I also tried two new procedures this time around. First, I used a smaller drop of Thin-Hard resin in each window opening and gently nudged it into the corners with a toothpick. Second, I did the initial ‘flashes’ of UV light from the tape side (outside of the window).

Well, the result of using packing tape was a mess. It left adhesive residue all over the outside of the resin windows. The adhesive did eventually come off with a fingernail, but it took a long time to get it all removed.

BUT, there is good news! A thinner resin pour made for even better results – it cured quicker, shrunk less, and created less bubbles to pick out. And, doing the initial UV flashes from the exterior side of the windows resulted in no new bubble creation and ZERO shrinkage on the outside surface. These windows are so flush with the deck panel that you can barely feel them at all when you run your finger across them.

LESSONS LEARNED: Do not use clear packing tape to seal the window openings. Do use a thinner layer of resin and do start curing it from the exterior side.

4th Attempt

By this point, we have learned how to practically eliminate any bubbles in our resin windows and create a nice, smooth surface flush with the panel. However, the exterior surface of our resin windows does appear a bit shiny/reflective. Out of curiosity, I tried taped the outside of the window openings with common Scotch ‘Magic’ tape this time. This is the same tape you typically find in offices or when wrapping gifts. I thought the rougher adhesive surface of this tape would give our resin windows a ‘cloudy’ appearance, which might be desirable.

After pouring and curing the windows, I removed the tape. Well, Scotch tape does not leave residue on the resin, but it did discolor the surface of the panel for some reason. To me, this is unacceptable. It did create the ‘cloudy’ effect on the window exterior surface, but it is not worth possibly damaging the panel surface.

LESSONS LEARNED: Do not use Scotch tape to seal the windows for a resin pour.

5th Attempt

This final attempt was to be a compilation of all of the lessons we have learned so far:

  • First, I firmly pressed UV Resin Tape over the window openings on the outside of the panel.
  • Next, I poured a small drop of Thin-Hard resin into each window opening from the back and used a toothpick to gently guide the resin into the corners and pick out any tiny bubbles that may have appeared.
  • Then, I flashed the outside surface of the windows for one second with the UV light to quickly cure the outer surface, limiting the heat created and preventing any new bubbles from forming.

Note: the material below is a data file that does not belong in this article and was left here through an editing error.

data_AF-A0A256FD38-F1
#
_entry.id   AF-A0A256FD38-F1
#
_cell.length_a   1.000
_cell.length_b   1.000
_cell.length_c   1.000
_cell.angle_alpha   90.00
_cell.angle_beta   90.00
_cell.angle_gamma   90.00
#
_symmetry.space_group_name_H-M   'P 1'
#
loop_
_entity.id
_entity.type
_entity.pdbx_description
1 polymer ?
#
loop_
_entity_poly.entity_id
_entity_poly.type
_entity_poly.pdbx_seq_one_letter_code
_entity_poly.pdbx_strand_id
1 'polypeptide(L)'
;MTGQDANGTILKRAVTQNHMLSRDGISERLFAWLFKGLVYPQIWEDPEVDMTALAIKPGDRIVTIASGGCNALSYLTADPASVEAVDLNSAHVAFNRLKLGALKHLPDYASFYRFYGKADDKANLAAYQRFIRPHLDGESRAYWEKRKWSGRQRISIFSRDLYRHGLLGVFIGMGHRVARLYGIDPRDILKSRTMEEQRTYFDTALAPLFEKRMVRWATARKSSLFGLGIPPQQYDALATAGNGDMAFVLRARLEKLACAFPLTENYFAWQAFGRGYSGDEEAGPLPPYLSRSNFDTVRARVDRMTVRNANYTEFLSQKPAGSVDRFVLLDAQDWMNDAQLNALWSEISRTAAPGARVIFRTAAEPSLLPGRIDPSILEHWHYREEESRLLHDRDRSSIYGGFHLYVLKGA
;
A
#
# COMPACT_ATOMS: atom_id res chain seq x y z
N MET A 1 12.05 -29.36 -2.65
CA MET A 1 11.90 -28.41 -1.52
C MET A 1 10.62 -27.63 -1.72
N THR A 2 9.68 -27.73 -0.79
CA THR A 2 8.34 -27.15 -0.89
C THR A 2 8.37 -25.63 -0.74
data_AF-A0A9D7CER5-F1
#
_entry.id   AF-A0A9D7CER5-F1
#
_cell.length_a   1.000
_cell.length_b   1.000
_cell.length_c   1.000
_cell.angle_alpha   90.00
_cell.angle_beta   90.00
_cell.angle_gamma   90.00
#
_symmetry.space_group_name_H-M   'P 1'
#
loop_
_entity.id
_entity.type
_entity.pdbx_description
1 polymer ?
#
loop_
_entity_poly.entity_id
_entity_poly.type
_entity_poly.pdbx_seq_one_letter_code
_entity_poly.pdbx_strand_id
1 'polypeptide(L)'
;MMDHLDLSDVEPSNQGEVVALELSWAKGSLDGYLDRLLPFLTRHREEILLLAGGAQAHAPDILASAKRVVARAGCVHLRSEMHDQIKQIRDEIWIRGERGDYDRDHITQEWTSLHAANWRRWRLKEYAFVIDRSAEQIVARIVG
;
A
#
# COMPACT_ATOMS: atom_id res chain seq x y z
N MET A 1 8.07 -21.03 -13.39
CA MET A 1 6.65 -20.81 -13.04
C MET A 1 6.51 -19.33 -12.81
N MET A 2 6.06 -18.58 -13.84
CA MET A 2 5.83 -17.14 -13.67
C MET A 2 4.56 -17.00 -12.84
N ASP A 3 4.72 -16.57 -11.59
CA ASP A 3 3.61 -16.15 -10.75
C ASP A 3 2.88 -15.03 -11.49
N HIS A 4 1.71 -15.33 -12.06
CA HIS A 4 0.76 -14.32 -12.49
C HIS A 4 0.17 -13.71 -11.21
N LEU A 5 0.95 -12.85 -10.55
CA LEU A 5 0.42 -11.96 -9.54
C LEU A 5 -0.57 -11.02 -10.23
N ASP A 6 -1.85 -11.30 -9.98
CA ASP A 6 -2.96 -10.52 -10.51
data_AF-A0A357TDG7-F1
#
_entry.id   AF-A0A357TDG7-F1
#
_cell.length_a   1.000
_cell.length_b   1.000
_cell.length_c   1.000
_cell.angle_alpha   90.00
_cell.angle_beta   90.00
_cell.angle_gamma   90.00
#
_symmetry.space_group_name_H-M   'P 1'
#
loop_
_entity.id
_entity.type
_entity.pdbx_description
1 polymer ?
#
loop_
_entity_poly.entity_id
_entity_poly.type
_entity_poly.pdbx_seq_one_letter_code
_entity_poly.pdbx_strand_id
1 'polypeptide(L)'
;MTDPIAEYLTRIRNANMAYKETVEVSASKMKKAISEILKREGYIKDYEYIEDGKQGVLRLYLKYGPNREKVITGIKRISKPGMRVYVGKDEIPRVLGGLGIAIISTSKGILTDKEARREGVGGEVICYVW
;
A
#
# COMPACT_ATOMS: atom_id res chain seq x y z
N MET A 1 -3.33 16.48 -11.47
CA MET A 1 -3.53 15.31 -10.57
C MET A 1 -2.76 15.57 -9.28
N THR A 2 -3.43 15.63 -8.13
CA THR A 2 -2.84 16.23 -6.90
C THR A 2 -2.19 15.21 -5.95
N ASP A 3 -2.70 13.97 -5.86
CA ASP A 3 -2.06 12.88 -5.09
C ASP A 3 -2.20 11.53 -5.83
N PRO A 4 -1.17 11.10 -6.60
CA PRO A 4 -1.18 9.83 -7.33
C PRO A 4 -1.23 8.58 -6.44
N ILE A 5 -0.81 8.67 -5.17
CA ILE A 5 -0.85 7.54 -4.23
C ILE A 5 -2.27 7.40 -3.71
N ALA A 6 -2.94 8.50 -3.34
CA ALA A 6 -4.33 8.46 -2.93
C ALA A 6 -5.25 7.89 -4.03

• After waiting about 15 seconds, I gave the outside surface another one second flash of the UV light to cure it even further.
  • Finally, I waited another 15 seconds, then hit the inside surface of the windows with about 30 seconds of UV light to finish the curing.
  • On the inside of the windows, I used black paint to create dark windows. I even used my brush Sharpies to add a splash of color to a few.
  • I carefully removed the UV Resin Tape and was astonished at the results – these windows look AMAZING!

At a sharp angle to the panel, you can see how smooth and flush this final row of windows turned out:

Of course, I had to connect up the LEDs to see how everything looked lit up. I still have a piece of white napkin between the panel and the reflector to help diffuse the light, but the new windows are even brighter than before:

For comparison to the original plastic windows, I grabbed another panel with my sanded windows installed and placed it side-by-side with our resin window panel. What do you think of the difference? Better? Worse?

The final thing I wanted to touch on is something I mentioned before. This resin cures with a fairly shiny surface. That means it can be a bit reflective and you have to decide if that would be an issue for you. Using an LED flashlight from above, I tried to capture this shine in a picture:

Removing Resin Windows


I had a visitor ask about removing these windows once cured. I never tried to remove cured windows, so I figured I would give it a try!

Solarez UV Resin is organically cross-linked to itself when it cures, so it does not chemically adhere to surfaces. This means we should be able to pop the cured resin windows out. At first, I tried to poke them out with a wooden toothpick, but they are just too hard for that. Next, I tried a screwdriver bit and a craft hammer and gave them a good tap. They actually shattered quite easily and fell out without damaging the panel:

As I further considered the removal process, I even tried making some windows with the F-L-E-X version of the resin. Since this is designed to be flexible when cured, I thought they might be more easily removed if we make a mistake. It is worth noting that this stuff is really thick, so it captured bubbles easier and I had to spend more time fishing the bubbles out with a toothpick:

This F-L-E-X resin requires more curing time. I still flashed the outside surfaces a few times to avoid bubble creation, but it still needs about 3 minutes of UV exposure to fully cure and avoid a ‘tacky’ surface. The good news is they came out looking just like the hard resins: